For CIO Roland Etcheverry, disaster recovery (DR) begins -- and ends quickly -- with virtualized storage. In fact, storage -- liberated from physical machines and living on a storage area network (SAN) that is completely virtualized -- is the alpha and omega of the data center at Houston-based Champion Technologies Inc., where Etcheverry took over IT operations five years ago.
"We built our data center around the concept that there would be no box with storage that was not picking up from the SAN," Etcheverry said.
"All of our servers have enough storage on them to boot the operating system and load whatever application they are going to load, but everything else sits on the SAN," he said. The SAN contains images of the local drives of the data center's 200 to 250 servers, updating the images when they change.
"When you centralize your storage, the DR plan becomes simple -- not trivial, but simple conceptually -- and that was our plan from the beginning," Etcheverry said.
The disaster recovery plan, put into place last year, leverages this storage-centric approach. Another SAN sits at the company's DR site in Scottsdale, Ariz., and the data is replicated over an IP network. "We have a big pipe [OC-3 line] in our data center, because it was the cheapest way to buy what
The DR site houses between 70 and 80 servers for Champion's business-critical applications. An agreement with disaster recovery vendor SunGard Data Systems Inc. ensures that other servers will be provisioned as needed to host other applications. The applications servers are created from an image stored on the SAN. Once imaged, the servers are pointed at the SAN for data. The targeted time to recovery is two-plus hours.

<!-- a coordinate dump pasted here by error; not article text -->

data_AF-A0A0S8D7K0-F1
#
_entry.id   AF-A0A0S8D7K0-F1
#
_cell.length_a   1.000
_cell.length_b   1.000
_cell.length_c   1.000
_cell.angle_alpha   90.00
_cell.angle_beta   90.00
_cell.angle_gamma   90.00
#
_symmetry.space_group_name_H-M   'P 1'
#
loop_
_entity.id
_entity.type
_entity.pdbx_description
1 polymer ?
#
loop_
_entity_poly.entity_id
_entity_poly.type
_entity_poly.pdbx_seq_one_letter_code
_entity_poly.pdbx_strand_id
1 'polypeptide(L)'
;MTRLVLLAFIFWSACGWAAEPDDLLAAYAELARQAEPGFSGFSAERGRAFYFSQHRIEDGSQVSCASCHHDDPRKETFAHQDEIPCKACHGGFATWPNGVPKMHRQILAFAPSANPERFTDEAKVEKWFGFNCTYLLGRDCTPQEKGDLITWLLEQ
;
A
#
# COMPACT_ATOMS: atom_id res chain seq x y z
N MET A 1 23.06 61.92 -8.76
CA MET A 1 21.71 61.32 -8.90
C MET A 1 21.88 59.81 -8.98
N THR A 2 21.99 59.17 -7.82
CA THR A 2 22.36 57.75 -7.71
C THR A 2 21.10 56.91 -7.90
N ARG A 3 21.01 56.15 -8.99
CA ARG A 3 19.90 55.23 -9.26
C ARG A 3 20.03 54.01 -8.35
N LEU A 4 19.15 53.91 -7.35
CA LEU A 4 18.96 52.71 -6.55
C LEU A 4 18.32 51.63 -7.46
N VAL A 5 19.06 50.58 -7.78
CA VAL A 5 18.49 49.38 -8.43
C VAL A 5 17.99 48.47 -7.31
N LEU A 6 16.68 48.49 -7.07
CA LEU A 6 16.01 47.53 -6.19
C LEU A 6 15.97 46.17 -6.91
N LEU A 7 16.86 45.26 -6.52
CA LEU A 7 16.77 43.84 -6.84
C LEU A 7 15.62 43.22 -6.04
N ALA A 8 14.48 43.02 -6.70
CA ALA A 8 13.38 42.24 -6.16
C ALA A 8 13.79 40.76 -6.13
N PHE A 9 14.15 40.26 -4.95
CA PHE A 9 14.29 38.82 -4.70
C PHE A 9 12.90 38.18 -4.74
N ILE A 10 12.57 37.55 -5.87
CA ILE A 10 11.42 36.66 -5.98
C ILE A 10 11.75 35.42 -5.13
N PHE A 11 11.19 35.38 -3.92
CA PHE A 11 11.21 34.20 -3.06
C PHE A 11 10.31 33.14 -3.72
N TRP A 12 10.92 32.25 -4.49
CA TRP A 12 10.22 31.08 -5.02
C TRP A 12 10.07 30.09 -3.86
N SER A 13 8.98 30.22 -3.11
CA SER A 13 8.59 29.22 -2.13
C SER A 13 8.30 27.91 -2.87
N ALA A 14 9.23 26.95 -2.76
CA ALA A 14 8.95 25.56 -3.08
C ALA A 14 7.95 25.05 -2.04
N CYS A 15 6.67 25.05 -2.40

That's a big change from the situation shortly after Etcheverry arrived, when the company was backing up critical SAP and Microsoft systems data to tape and recovery times could take a week or longer. The situation wasn't tenable for a fast-growing company that had 2,300 employees and 70 sites globally and was reliant on these systems to conduct business.
The path to SAN-based disaster recovery
Champion, with approximately $900 million in annual revenue, makes specialty chemicals for the oil and gas industry. Until the recession settled in, the privately held supplier was doubling in growth every three years. Business operations had outpaced the IT systems, giving Etcheverry an opportunity to rethink and rebuild the company's business systems for high availability.
"I started with a point of view that said a single global instance, that said standardize, consolidate, integrate where you can," Etcheverry said.
Virtualized storage is not new, but when Etcheverry was first investigating SAN-based DR, the choices from heavy hitters like EMC Corp. and Hewlett-Packard Co. were not good for a relatively small customer like Champion. "The big companies wanted to jerk us around and the offerings were not that interesting and entirely proprietary," he recalled. "They wanted us to use all their stuff, and we were not comfortable with that."
Instead, Champion went with agnostic and considerably cheaper technology from FalconStor Software Inc. for its storage device. "Their concept was it should not make any difference what you put in front of it. You could hang any server box, any operating system and it should be able to see this storage box as its acceptable drive," he said.
The virtualization appliance was equally accommodating. "They don't care what you hang behind it either; they manage iSCSI, Fibre Channel, Fibre Channel over Ethernet," he said.